This film re­minds us many thou­sands of Dig­gers rest in for­eign fields

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THE seeds of a re­mark­able fight­ing tra­di­tion were sewn, we learn from this fine doc­u­men­tary, in a bleak ex­panse of land at Elands River in South Africa.

The year was 1900. And of the 500 troops who stopped al­most 3000 Boer gueril­las in their tracks in this place, 300 were fiercely de­ter­mined, badly be­haved Aus­tralians.

Their Bri­tish com­man­der ex­plained his sit­u­a­tion, un­der a flag of truce, to a Boer com­man­der who had sought their sur­ren­der.

‘‘ I am in charge of Aus­tralian troops who would cut my throat if I sur­ren­dered,’’ he said. And he was prob­a­bly right.

How­ever, the name ‘‘ Dig­ger’’ was not ap­plied un­til the next skir­mish — rather a large one — in which Aus­tralians were in­volved. It was called the Great War, and it be­gan in Europe just over a decade later. By the time it had ended, in 1918, some 60,000 of the 330,000 Aus­tralians who had fought in that war had died.

Aus­tralian troops en­tered the fray with few mil­i­tary tra­di­tions of their own. But in the mud and the blood of Flan­ders and Gal­lipoli and other un­speak­able places, the Dig­ger tra­di­tion was shaped and bat­tered and forged.

In that and sub­se­quent wars, Dig­gers demon­strated a te­nac­ity that iden­ti­fied them as the finest in­fantry­men on earth— as well as a re­luc­tance to salute se­nior of­fi­cers, a flair for find­ing hu­mour in deeply un­funny sit­u­a­tions, and sheer, all-round bloody-mind­ed­ness.

The Dig­ger is nar­rated ex­traor­di­nar­ily well by Neil Pigot, re­mem­bered by most view­ers as trou­ble­some In­spec­tor Rus­sell Fal­con-Price from Blue Heel­ers. This is a fea­ture-length, fast-mov­ing mix of archival footage and pho­to­graphs, en­livened with bet­ter-than-av­er­age re­cre- ations. Ter­rific stuff, in fact.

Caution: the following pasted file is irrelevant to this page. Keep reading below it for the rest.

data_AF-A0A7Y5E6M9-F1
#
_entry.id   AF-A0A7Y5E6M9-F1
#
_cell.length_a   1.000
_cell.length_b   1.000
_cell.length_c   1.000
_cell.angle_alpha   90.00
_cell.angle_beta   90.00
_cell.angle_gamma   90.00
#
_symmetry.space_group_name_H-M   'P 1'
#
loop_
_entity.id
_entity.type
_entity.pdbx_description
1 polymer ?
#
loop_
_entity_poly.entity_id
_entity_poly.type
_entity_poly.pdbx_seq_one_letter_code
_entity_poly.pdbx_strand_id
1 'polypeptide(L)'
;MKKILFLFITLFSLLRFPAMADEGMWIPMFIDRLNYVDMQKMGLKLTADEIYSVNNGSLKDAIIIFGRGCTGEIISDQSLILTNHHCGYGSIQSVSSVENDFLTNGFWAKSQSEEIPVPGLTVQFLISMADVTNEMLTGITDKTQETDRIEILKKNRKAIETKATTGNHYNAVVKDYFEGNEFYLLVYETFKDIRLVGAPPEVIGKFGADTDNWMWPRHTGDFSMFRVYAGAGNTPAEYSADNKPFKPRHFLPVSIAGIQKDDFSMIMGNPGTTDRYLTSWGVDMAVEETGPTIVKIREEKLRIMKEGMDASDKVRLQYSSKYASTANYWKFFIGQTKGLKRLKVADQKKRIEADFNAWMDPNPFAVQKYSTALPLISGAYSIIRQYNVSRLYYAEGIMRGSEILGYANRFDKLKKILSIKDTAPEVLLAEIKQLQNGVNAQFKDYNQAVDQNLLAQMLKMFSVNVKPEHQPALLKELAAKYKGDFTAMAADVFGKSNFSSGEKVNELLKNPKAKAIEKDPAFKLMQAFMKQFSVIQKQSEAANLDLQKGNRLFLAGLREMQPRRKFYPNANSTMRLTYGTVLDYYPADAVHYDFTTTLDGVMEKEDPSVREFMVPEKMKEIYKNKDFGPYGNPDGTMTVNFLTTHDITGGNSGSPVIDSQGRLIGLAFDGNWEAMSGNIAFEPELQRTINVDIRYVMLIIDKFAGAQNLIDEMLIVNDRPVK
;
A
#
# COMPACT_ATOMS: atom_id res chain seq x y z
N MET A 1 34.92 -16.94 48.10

From World War I, the tra­di­tions are given time to dis­til be­fore it all be­gan again, a lit­tle over two decades later. Dig­gers, a more dis­ci­plined but no more re­spect­ful fight­ing force, helped re­shape the war with their fierce re­sis­tance at To­bruk, and more of the same in Milne Bay and Kokoda.

Af­ter the war in the Pa­cific was won, Dig­gers were again in ac­tion in Korea and, less than 20 years later, in Viet­nam. In each war, Dig­gers dis­tin­guished them­selves on the bat­tle­fields and, more of­ten than not, cre­ated a mea­sure of chaos away from the fight­ing.

This film, as it should, re­minds us that many thou­sands of Dig­gers, or­di­nary Aus­tralians, rest in for­eign fields. And that ev­ery year, we prom­ise not to for­get them.

But have we? Good job: Neil Pigot is ter­rific nar­rat­ing

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